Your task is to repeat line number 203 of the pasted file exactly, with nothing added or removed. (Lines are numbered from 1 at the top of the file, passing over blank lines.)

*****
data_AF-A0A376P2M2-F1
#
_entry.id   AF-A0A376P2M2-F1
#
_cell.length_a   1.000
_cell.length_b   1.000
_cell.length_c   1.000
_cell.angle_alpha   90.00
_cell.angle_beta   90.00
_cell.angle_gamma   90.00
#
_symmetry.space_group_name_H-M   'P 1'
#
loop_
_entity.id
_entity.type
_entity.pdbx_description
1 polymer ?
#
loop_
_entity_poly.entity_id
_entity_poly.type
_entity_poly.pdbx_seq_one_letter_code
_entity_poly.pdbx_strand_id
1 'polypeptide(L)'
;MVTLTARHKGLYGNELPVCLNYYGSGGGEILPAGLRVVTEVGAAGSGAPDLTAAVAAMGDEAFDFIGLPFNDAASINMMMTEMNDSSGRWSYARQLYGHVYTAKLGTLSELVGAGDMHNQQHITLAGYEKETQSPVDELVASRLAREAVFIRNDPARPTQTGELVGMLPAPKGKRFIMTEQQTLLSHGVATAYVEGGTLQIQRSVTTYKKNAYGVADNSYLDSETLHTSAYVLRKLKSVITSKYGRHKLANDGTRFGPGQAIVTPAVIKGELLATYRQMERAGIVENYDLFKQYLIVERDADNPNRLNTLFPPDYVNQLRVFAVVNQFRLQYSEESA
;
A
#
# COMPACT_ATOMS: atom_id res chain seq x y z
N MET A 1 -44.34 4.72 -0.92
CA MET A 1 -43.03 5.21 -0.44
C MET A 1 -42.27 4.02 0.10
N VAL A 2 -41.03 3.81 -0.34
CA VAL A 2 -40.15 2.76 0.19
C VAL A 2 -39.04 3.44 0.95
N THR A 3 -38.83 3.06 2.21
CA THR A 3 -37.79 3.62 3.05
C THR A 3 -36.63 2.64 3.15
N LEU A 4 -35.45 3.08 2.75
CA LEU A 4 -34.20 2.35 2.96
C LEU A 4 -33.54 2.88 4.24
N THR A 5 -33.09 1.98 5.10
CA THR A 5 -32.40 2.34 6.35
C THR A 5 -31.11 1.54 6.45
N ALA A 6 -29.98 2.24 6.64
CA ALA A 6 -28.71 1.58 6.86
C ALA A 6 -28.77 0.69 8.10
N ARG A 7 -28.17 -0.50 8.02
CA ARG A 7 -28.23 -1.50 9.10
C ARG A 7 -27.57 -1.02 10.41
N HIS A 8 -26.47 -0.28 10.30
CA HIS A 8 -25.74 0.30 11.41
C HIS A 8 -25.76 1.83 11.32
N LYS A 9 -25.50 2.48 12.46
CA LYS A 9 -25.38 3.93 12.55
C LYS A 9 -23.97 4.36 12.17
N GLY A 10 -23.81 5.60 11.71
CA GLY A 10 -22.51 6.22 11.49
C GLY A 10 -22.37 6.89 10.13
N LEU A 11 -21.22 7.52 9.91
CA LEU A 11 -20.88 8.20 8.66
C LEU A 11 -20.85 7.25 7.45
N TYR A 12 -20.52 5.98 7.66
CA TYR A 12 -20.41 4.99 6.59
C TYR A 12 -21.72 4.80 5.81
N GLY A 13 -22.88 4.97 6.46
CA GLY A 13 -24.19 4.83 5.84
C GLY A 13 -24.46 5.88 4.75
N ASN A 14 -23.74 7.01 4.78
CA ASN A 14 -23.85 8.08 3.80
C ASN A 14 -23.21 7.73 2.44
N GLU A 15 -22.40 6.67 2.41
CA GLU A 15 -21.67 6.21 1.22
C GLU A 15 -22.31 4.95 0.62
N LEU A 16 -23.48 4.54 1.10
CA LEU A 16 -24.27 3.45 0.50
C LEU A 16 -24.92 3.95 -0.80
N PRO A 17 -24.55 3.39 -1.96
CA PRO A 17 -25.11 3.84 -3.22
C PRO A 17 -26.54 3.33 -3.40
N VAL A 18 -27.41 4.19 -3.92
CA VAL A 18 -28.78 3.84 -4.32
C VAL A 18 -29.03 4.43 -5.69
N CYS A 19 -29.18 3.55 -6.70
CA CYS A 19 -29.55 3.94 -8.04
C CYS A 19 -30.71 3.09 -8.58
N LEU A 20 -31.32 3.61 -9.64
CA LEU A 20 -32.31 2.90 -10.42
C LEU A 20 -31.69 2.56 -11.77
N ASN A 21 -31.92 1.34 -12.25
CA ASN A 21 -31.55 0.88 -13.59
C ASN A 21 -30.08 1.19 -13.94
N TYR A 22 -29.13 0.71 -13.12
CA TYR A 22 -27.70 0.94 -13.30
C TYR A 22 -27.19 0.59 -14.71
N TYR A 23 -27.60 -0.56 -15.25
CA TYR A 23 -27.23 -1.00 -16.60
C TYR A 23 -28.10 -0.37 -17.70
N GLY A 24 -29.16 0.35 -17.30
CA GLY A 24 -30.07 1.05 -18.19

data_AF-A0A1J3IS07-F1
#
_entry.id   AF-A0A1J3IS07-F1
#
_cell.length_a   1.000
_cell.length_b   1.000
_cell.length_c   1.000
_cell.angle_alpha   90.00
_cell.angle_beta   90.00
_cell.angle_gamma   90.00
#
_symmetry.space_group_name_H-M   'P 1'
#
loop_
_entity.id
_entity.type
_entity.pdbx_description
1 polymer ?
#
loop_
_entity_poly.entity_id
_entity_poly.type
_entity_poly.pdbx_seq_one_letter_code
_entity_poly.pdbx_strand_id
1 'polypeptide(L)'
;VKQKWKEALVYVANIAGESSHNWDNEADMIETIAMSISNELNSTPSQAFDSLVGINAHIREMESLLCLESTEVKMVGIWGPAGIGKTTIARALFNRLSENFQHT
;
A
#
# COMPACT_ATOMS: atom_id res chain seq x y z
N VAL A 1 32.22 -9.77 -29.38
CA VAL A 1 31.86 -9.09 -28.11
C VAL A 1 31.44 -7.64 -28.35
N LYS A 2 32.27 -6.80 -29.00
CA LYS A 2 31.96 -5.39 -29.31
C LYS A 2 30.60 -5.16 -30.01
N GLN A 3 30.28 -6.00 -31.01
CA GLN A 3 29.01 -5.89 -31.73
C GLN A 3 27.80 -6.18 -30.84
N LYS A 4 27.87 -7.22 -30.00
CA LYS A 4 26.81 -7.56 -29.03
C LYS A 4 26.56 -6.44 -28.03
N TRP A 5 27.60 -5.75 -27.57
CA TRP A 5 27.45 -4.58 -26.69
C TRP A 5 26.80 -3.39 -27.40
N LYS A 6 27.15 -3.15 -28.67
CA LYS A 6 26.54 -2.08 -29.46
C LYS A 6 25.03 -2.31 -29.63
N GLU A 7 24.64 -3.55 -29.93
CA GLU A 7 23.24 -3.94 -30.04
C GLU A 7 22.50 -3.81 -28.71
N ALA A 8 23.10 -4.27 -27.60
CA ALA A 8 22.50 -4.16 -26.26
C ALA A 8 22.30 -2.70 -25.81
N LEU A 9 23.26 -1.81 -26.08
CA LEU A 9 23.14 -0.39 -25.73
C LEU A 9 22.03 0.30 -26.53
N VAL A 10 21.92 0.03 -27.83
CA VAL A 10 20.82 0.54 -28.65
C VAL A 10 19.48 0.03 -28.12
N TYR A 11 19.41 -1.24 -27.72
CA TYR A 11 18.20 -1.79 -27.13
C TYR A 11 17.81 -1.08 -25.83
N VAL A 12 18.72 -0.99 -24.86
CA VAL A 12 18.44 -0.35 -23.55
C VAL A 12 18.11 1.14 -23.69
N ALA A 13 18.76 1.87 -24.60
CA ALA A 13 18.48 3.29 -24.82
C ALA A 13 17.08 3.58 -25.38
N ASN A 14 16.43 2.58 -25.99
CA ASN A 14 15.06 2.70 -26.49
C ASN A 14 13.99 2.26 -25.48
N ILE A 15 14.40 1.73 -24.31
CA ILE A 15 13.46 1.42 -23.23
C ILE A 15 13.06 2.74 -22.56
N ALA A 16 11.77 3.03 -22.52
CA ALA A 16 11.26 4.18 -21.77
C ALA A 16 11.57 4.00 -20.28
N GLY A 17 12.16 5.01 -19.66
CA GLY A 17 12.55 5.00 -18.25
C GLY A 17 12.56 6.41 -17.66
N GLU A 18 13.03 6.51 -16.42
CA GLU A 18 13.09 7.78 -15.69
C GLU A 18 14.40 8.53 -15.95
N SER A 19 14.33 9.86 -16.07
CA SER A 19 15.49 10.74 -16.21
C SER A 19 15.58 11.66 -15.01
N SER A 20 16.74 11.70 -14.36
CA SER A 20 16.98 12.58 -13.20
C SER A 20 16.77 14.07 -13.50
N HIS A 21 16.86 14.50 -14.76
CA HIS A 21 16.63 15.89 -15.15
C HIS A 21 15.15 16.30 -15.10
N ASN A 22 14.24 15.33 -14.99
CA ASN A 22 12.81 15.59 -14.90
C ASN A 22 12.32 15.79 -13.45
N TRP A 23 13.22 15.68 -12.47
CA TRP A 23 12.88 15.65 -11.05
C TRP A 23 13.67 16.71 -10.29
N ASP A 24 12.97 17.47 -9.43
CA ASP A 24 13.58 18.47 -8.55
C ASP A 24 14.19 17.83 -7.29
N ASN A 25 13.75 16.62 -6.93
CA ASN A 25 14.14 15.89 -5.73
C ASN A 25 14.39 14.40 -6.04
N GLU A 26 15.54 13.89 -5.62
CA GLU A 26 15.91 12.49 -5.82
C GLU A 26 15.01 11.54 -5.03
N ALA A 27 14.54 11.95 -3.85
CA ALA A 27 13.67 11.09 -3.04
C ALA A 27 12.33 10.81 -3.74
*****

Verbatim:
C ASP A 24 14.19 17.83 -7.29